Maintenance Blamed For More Accidents | Aero-News Network
Aero-News Network
RSS icon RSS feed
podcast icon MP3 podcast
Subscribe Aero-News e-mail Newsletter Subscribe

** Airborne/NBAA2014 10.24.14 ** HD iPad-Friendly -- Airborne/NBAA2014 10.24.14 **
** Airborne/NBAA2014 10.22.14 ** HD iPad-Friendly -- Airborne/NBAA2014 10.22.14 **
** Airborne/NBAA2014 10.21.14 ** HD iPad-Friendly -- Airborne/NBAA2014 10.21.14 **
** Airborne/NBAA2014 10.20.14 ** HD iPad-Friendly -- Airborne/NBAA2014 10.20.14 **

Tue, Dec 09, 2003

Maintenance Blamed For More Accidents

Related Incidents Up 16 Percent In Last Decade

Forty-two percent of all fatal airline accidents since 1994 -- aside from the September 11th attacks -- can be attributed to maintenance problems. The Charlotte Observer reports that's up 16 percent from the decade before.

"To fix a problem, you've got to admit you have a problem and identify it. We haven't gotten to admitting the problem yet," said NTSB member John Goglia. "Unless we start dealing with these issues sooner rather than later, we're going to pay the price and that could mean more deaths."

The Observer reports faulty maintenance contributed to three of the past five fatal airline accidents, including the January 8th crash of a US Airways flight taking of from Douglas International Airport in Charlotte (NC).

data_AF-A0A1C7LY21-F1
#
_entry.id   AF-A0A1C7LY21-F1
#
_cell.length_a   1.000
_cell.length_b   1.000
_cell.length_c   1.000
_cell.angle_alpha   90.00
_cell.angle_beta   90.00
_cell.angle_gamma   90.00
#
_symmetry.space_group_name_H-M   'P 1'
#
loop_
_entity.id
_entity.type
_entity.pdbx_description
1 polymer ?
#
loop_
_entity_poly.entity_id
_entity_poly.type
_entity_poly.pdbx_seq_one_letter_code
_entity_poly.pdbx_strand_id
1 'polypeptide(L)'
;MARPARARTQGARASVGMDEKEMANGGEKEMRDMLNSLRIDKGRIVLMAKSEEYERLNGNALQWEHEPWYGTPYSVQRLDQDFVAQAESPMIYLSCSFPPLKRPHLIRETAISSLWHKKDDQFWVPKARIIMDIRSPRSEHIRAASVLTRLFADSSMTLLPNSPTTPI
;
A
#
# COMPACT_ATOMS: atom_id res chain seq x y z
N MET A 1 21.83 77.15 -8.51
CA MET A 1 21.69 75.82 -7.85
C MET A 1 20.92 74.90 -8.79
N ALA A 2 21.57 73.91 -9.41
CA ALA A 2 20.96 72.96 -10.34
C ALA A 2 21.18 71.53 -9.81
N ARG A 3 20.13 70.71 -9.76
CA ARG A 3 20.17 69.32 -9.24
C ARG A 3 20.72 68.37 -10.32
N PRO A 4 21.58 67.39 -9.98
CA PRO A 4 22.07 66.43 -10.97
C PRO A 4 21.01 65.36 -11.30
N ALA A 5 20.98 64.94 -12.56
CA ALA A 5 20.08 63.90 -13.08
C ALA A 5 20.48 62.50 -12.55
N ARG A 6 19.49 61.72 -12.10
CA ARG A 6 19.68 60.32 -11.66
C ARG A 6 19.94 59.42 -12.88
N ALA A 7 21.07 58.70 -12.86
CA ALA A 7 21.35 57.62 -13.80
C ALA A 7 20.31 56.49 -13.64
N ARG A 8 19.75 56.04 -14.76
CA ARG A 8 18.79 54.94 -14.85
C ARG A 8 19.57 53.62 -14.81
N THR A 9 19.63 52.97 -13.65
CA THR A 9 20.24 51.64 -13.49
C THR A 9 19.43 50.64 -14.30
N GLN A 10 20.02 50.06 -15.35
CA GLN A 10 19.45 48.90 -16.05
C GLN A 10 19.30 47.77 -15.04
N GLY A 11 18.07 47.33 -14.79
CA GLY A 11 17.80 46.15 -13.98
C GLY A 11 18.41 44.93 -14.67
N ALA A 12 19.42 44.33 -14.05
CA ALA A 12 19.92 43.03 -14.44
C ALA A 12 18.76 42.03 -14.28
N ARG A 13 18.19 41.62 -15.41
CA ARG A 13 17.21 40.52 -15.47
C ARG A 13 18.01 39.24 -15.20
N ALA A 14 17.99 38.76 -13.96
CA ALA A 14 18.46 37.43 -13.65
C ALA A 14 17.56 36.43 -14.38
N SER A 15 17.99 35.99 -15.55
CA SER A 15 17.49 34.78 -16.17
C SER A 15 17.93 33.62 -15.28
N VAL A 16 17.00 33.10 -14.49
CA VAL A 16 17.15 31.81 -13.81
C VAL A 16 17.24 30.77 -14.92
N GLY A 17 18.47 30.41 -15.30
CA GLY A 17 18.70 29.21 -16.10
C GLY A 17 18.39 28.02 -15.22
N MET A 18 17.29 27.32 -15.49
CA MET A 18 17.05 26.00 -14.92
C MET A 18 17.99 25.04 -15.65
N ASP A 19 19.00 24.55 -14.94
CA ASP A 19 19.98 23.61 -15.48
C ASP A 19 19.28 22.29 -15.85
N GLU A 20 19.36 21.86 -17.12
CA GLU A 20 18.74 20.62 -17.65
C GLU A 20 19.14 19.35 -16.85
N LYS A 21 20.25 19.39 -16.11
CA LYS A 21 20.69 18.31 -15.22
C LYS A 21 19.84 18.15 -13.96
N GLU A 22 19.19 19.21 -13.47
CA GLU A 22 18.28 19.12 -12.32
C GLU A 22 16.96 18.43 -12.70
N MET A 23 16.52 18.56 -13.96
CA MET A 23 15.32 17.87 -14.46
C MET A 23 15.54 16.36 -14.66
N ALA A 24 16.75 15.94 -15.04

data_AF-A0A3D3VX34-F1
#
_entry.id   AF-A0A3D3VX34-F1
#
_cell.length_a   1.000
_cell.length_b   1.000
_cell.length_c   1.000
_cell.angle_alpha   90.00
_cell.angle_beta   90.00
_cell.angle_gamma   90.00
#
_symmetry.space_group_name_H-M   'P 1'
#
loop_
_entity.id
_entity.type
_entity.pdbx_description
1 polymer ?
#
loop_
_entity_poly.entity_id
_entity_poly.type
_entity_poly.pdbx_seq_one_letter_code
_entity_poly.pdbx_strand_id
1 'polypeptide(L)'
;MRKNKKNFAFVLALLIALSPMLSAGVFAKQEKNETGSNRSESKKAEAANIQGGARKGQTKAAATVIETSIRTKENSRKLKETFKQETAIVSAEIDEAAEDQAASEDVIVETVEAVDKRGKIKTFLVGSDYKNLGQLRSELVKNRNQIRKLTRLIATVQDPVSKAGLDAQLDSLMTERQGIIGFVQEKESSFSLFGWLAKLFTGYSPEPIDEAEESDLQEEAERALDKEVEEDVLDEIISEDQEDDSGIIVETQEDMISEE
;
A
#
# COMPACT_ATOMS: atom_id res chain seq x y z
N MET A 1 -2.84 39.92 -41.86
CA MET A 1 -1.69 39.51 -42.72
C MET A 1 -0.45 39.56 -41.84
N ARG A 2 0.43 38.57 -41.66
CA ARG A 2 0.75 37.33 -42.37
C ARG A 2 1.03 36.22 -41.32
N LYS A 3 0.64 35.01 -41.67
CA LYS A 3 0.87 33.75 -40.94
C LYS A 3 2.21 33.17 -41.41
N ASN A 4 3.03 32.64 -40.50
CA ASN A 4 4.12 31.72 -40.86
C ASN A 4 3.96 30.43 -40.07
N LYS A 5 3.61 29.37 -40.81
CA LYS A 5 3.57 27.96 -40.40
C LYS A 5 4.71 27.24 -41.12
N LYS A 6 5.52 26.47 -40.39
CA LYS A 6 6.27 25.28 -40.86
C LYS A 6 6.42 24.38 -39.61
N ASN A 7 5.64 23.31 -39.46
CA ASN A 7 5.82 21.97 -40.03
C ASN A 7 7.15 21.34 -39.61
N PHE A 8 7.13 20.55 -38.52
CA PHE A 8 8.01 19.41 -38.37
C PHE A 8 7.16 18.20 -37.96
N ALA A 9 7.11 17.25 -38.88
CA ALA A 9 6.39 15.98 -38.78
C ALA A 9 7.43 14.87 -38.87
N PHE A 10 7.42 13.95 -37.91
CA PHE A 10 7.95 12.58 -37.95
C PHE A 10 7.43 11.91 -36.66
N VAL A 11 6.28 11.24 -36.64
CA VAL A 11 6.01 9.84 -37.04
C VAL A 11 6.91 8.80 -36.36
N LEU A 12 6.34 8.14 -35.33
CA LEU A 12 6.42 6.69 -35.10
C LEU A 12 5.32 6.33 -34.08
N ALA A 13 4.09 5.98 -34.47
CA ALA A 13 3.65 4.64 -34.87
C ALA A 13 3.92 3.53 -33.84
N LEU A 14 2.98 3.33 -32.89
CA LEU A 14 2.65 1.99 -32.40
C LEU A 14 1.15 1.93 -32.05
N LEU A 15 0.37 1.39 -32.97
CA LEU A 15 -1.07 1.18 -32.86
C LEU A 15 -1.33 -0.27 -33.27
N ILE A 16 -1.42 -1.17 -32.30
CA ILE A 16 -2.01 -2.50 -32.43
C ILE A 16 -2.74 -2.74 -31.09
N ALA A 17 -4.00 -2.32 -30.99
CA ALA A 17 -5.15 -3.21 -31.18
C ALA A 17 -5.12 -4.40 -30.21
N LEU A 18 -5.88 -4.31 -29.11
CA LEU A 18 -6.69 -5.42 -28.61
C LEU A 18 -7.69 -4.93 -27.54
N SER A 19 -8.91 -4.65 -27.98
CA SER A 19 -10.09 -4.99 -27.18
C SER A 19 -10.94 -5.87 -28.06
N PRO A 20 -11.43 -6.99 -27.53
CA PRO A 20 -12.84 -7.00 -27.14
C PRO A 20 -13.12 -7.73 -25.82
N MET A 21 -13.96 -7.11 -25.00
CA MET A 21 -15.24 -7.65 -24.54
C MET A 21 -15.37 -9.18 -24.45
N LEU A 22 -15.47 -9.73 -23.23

Regulators seem aware of the problem. Since 1990, FAA enforcement actions against maintenance companies rose an alarming 57 percent. Industry watchers are worried that, as airlines desperately look for ways to cut costs in the post-9/11 slump, there will be more and more maintenance-related accidents. But the airline industry says there is no problem. Commercial flight is "one of the safest modes of transportation," said Terry Kerber, vice president of maintenance and engineering at ATA. "Safety is at the top of everybody's organizational responsibility."

Purdue University professor Gary Eiff and a colleague conducted an exhaustive study of aviation accidents back in 1999. They found that maintenance problems were a factor in 42 percent of fatal accidents during the previous decade. "We're too quick to blame people like the pilots when a maintenance problem forces them into a position they're not equipped to handle," Eiff said.

Right now, the FAA has about 3,700 inspectors and is reportedly stretched way too thin to provide adequate oversight. The administration has asked for funding to hire another 20 inspectors next year.

FMI: www.faa.gov

Advertisement

More News

Airborne 10.24.14: AML's Innovations, NASA Preps For Mars, LightHawk Saves

Also: AW609 Pilots Honored, Airbus' VIP Cabin, FreeFlight's FTX-200, Quicksilver S-LSA Milestone During our visit this week to NBAA 2014, Jim Campbell had a chance to talk with Mar>[...]

Airborne at NBAA-10.22.14: Legacy 500, Universal InSight, BendixKing AeroWave

Also: GE Honda, Sagem's Active SideStick, Syberjet Update, Techno Aerospace Knows How to Party The FAA handed over certification papers for Embraer's Legacy 500 executive jet durin>[...]

Airborne 10.24.14: AML's Innovations, NASA Preps For Mars, LightHawk Saves

Also: AW609 Pilots Honored, Airbus' VIP Cabin, FreeFlight's FTX-200, Quicksilver S-LSA Milestone During our visit this week to NBAA 2014, Jim Campbell had a chance to talk with Mar>[...]

AD: Pacific Aerospace Limited Airplanes

AD NUMBER: 2014-21-02 PRODUCT: Pacific Aerospace Limited Model FU24-954 and FU24A-954 airplanes.>[...]

ANN's Daily Aero-Linx (10.25.14)

The Canard Zone An online forum by and for owners and builders of canard aircraft.>[...]

blog comments powered by Disqus



Advertisement

Advertisement

Podcasts

Advertisement

© 2007 - 2014 Web Development & Design by Pauli Systems, LC